This article is reprinted from LasVegasSun.com.
As President Barack Obama and Secretary of State Hillary Clinton use carrots and sticks to push Middle East peace talks into high gear, a recent pronouncement by an official of the Palestinian Authority, left unchallenged, will be a deal-killer. It was not about “the right of return,” or Jerusalem as the capital of a future Palestinian state. It was the pronouncement by Mutawakel Taha, a senior official with the PA’s Ministry of Information that “there is no archeological evidence that the Temple Mount was built during the period of King Solomon ... One can only conclude that Al-Buraq Wall is a Muslim wall and an integral part of the Aksa Mosque and Haram al-Sharif.” Taha, who is also a respected Palestinian poet and writer, explains that Jews never worshipped at the site until the Balfour Declaration of 1917. “This wall was never part of the so-called Temple Mount, but Muslim tolerance allowed the Jews to stand in front of it and weep over its destruction.” Not one stone of the Western Wall belongs to the Temple of Solomon, he asserted.
Here are the facts:
• The provenance of the Wall is well-established, one of the few things that Christians, Jews and Muslims agreed about for many centuries. In the 4th century, Christian works described the site as holy to the Jews, and the place to which they came (when allowed) to mourn the two Temples that had stood there. These references include Church Fathers Gregory of Nazianzus and Jerome. A synagogue stood on the site shortly before the Crusaders arrived.
• Suleiman the Magnificent granted Jews the right to worship there in the 16th century.
• Charles Wilson, the British explorer, wrote in 1881, “Jews may often be seen sitting for hours at the Wailing-place bent in sorrowful meditation over the history of their race, and repeating often times the words of the Seventy-ninth Psalm. On Fridays especially, Jews of both sexes, of all ages, and from all countries, assemble in large numbers to kiss the sacred stones and weep outside the precincts they may not enter.”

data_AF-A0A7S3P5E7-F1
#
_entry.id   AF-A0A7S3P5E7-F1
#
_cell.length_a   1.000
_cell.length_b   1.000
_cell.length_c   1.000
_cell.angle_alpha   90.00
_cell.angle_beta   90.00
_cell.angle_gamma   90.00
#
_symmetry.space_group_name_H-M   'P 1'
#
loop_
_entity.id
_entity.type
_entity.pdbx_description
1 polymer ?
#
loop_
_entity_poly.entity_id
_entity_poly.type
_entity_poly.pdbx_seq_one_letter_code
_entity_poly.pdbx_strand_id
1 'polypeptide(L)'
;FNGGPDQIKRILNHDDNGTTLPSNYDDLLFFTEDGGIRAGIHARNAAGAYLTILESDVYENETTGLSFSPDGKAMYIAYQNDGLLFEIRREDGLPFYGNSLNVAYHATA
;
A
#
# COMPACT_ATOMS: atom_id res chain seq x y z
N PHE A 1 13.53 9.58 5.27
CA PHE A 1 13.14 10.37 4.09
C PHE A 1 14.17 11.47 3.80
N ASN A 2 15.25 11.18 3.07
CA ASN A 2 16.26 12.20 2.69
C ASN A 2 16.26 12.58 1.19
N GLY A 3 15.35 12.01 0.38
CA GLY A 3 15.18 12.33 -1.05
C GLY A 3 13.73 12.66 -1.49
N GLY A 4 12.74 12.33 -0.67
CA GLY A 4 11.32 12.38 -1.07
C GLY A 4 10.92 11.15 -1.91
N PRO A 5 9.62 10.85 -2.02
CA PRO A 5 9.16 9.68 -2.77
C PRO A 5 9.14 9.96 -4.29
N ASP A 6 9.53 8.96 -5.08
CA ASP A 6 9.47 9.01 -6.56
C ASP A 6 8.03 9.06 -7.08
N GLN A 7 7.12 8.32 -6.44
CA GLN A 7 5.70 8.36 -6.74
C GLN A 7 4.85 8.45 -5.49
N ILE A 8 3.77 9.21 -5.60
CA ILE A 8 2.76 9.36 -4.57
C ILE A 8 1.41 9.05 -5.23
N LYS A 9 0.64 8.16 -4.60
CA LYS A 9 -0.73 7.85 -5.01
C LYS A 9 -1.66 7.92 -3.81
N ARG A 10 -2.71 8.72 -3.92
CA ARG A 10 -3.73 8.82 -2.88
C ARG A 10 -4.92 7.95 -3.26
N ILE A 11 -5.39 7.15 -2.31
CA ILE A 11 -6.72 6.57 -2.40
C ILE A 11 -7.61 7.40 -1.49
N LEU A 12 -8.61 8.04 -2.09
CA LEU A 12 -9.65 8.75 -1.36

• From 1924 until 1953, the Supreme Moslem Council annually published “A Brief Guide to Al-Haram Al-Sharif,” an English-language guide to the Temple Mount. It states on the opening page: “Its identity with the site of Solomon’s Temple is beyond dispute. This, too, is the spot according to the universal belief, on which (quoting Hebrew Scripture) ‘David built there an altar unto the Lord.”
• Today, visitors to the Western Wall, last remnant of the Temple, and excavations in its immediate vicinity can easily tell the difference between the lowest rows of stones from Solomon’s Temple of the 10th century BCE, and the Herodian stones above from the Second Temple period (the Temple of the New Testament).
In the face of all the unassailable evidence, why does the Palestinian Authority — buttressed by billions in aid and political support from the U.S. administration — choose to embrace a hateful fantasy?
Perhaps because as newcomers to the world stage, Palestinian leaders do not look at history the same way Jews, Christians and many other Muslims. While Arabs lived in the Holy Land for centuries, they did so without a distinct sense of peoplehood. The Palestinian identity is a creation of the last decades. There never was a Palestinian capital, postage stamp or national bird. Their “George Washington,” Yasser Arafat, died in 2004. Tragically, some Palestinian elites have decided that a key element of building their peoplehood is by denying their neighbor’s core value: the Jews’ sense of history and their continuous presence in the Holy Land for 3,000 years.
Christopher Sykes, in “Cross Roads to Israel: Palestine from Balfour to Bevin,” tells of British High Commissioner Plumer’s first visit to Tel Aviv in 1926. Upbraided by a delegation of Palestinian Arabs for standing when Hatikva, the Zionist anthem was played, he asked them whether they would not think it rude if he remained seated during the playing of their national anthem. They remained silent. Plumer asked: “By the way, have you got a national anthem?’” When the delegation replied with chagrin that they did not, he snapped back, “I think you had better get one as soon as possible.”
“When I use a word,” Humpty Dumpty said, “it means just what I choose it to mean — neither more nor less.” In the real world, those who cavalierly deny historic evidence and reality cannot be taken at their word. The serial denial of the Jewish people’s history by Palestinian leaders makes a mockery of the good faith efforts of all who seek peace. The peacemakers must help bring the PA back to reality and remind them that a neighbor who denies your past cannot be trusted to respect you in the future.
Rabbi Abraham Cooper is associate dean of the Simon Wiesenthal Center and Rabbi Yitzchok Adlerstein is director of Interfaith Relations for the Simon Wiesenthal Center.